July 30, 2015
July 30, 2015
For Immediate Release
WATERLOO – Three books have been shortlisted for the 2015 Edna Staebler Award for Creative Non-Fiction. The $10,000 award, administered by Wilfrid Laurier University, recognizes Canadian writers for a first or second work of creative non-fiction that includes a Canadian locale and/or significance.
“This award celebrates non-fiction writing that reads like the best literature, and all three of this year’s finalists are truly great reads,” said Bruce Gillespie, an award juror and professor in the Digital Media and Journalism program on Laurier’s Brantford campus. “While they explore different subjects — the discrimination faced by people with Down syndrome, the power of forgiveness across generations, and even bird-watching — they are anchored in deeply engaging personal stories.”
The books on the 2015 shortlist, listed alphabetically by author surname, are:
In Writing with Grace: A Journey Beyond Down Syndrome (Douglas & McIntyre), Judy McFarlane confronts her fears and misconceptions about people who are “different from the norm,” as she helps Grace Chen, a young woman with Down syndrome, write and publish her first novel. Drawing from her experiences with Chen, as well as a range of other sources, including the writing of Jean Vanier, McFarlane’s book treats a difficult subject in a positive but realistic manner, providing a helpful step toward realizing our common humanity.
Mark Sakamoto’s Forgiveness: A Gift from My Grandparents (HarperCollins Publishers Ltd.) skillfully juxtaposes accounts of his grandparents’ experiences during the Second World War. His maternal grandfather, a member of the defeated Hong Kong garrison, spent the rest of the war as a Japanese prisoner; his paternal grandmother, born in Vancouver to Japanese parents, was dispossessed and interned in Alberta. His grandparents’ intense experiences, and their respect for each other as their families are bound together years later, mould Sakamoto’s responses to events of his own life in this compelling book.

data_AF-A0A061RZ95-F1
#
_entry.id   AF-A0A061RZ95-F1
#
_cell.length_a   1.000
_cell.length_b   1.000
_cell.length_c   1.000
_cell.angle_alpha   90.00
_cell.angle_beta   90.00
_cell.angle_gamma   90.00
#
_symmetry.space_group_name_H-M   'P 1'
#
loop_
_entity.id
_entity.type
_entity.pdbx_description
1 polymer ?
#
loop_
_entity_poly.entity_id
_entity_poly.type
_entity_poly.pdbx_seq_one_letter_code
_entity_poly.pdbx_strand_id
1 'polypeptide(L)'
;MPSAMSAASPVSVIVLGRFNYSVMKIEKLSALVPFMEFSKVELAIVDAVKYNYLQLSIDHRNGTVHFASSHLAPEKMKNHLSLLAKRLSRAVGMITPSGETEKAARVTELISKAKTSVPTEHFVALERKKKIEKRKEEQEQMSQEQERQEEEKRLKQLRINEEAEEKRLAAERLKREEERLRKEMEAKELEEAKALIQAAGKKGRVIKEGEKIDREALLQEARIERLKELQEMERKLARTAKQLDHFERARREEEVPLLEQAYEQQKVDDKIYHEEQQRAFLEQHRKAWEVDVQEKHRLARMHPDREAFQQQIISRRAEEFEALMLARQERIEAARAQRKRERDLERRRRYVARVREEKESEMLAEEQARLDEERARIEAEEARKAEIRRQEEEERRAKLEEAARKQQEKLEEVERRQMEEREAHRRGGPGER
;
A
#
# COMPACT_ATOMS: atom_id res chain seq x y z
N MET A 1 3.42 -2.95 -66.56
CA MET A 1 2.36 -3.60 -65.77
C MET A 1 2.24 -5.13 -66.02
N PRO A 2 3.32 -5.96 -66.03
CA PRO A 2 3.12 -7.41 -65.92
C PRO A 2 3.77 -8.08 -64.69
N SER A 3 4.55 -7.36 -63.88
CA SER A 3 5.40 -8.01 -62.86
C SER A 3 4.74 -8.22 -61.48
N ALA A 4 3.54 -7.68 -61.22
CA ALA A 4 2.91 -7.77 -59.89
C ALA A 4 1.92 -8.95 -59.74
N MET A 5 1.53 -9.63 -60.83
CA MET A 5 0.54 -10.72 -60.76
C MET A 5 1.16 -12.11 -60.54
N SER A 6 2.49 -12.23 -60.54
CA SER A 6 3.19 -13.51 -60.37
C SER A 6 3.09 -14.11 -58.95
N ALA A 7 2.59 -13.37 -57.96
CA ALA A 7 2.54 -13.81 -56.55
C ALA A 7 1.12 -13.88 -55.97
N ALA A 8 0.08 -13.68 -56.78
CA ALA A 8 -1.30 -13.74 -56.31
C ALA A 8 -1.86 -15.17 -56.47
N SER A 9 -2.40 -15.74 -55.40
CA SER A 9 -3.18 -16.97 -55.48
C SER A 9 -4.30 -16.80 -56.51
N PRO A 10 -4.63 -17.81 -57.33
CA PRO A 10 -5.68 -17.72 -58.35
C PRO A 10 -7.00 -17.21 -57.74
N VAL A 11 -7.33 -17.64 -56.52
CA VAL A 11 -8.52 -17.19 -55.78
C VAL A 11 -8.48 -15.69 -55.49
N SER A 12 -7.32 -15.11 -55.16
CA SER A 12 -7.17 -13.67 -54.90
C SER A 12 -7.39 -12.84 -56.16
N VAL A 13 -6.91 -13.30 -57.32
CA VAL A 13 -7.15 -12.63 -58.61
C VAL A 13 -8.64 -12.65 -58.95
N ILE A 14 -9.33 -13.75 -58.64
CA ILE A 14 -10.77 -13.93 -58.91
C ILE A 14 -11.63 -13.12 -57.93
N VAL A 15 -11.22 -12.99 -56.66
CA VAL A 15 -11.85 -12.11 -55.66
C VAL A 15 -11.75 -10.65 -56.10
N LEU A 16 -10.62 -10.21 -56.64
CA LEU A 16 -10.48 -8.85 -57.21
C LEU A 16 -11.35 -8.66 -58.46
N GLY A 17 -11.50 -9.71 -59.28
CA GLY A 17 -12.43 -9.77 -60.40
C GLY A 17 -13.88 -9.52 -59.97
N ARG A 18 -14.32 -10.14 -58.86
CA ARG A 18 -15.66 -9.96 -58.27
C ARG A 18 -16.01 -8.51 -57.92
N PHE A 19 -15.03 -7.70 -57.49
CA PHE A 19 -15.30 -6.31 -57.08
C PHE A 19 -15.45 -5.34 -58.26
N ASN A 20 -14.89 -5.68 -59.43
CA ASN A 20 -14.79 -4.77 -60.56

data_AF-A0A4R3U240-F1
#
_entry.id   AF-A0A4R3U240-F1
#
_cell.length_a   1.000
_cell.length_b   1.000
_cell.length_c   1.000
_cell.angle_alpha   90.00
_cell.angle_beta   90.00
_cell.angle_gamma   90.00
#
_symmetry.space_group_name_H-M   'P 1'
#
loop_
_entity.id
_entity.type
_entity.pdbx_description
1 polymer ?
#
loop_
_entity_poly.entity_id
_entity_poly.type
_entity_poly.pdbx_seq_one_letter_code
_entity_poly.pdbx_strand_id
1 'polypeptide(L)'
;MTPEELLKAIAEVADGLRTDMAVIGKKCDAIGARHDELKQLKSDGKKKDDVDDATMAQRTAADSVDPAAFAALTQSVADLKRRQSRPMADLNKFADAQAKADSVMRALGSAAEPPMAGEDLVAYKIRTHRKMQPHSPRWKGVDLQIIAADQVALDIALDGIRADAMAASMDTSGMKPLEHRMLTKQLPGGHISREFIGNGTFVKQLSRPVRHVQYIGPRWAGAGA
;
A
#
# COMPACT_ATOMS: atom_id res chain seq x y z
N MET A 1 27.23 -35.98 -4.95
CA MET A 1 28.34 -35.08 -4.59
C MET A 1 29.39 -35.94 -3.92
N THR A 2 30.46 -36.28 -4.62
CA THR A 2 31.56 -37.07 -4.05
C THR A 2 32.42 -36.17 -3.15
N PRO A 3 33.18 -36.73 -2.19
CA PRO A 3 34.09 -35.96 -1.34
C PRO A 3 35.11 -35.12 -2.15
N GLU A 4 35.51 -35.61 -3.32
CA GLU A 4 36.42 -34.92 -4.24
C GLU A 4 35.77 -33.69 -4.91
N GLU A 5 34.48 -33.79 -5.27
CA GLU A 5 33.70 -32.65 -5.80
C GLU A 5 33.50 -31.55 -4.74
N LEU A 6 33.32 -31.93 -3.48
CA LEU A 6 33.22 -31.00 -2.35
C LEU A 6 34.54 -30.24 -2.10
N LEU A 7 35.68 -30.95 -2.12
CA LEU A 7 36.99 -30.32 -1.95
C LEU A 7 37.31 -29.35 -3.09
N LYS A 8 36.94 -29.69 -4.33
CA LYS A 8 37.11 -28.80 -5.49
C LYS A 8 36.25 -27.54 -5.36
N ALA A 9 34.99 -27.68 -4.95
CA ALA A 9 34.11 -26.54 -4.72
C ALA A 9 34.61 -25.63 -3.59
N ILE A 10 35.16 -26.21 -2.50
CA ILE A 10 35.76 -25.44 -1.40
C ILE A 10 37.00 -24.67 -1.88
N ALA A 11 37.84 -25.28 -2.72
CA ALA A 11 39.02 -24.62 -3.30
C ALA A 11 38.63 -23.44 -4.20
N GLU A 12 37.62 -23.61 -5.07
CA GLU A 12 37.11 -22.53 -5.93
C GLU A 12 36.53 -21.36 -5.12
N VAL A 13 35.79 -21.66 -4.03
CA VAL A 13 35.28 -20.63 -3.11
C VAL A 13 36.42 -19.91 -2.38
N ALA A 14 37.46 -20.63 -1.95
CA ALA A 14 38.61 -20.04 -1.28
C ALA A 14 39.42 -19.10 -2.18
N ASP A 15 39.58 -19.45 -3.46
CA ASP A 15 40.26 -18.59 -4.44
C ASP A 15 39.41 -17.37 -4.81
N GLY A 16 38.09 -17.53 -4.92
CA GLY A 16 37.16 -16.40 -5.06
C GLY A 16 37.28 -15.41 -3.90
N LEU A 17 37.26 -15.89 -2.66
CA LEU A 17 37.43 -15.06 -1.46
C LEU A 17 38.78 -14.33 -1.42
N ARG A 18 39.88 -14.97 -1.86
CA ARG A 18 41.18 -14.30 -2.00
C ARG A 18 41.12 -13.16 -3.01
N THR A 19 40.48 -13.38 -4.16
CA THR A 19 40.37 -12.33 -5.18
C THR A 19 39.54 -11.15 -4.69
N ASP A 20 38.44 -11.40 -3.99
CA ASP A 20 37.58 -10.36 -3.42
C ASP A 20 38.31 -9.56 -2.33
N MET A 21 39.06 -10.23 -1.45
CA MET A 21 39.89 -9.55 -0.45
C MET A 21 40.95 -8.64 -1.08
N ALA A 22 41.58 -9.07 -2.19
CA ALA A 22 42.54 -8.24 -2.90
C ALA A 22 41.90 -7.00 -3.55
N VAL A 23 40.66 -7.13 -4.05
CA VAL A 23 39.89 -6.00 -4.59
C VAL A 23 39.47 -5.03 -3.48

Birding With Yeats (House of Anansi Press) recounts Lynn Thomson’s efforts to support her son, Yeats, a solitary young man who has trouble finding his way in the world. She gamely embraces his passion for bird-watching, which leads them across the country and as far the Galapagos Islands, which she describes in evocative detail. Along the way, Thomson rediscovers the solace that can be found in the natural world. As much about the bond between a mother and a son as it is about bird-watching, Birding With Yeats is an elegantly written, engaging memoir.
The winner of the Edna Staebler Award for Creative Non-Fiction will be announced in early September. Award presentations honouring the winner will take place in November at Laurier’s Waterloo and Brantford campuses.
Established and endowed by writer and award-winning journalist Edna Staebler in 1991, the Edna Staebler Award for Creative Non-Fiction is administered by Wilfrid Laurier University, the only university in Canada to bestow a nationally recognized literary award. The $10,000 award encourages and recognizes Canadian writers for a first or second work of creative non-fiction that includes a Canadian locale and/or significance.
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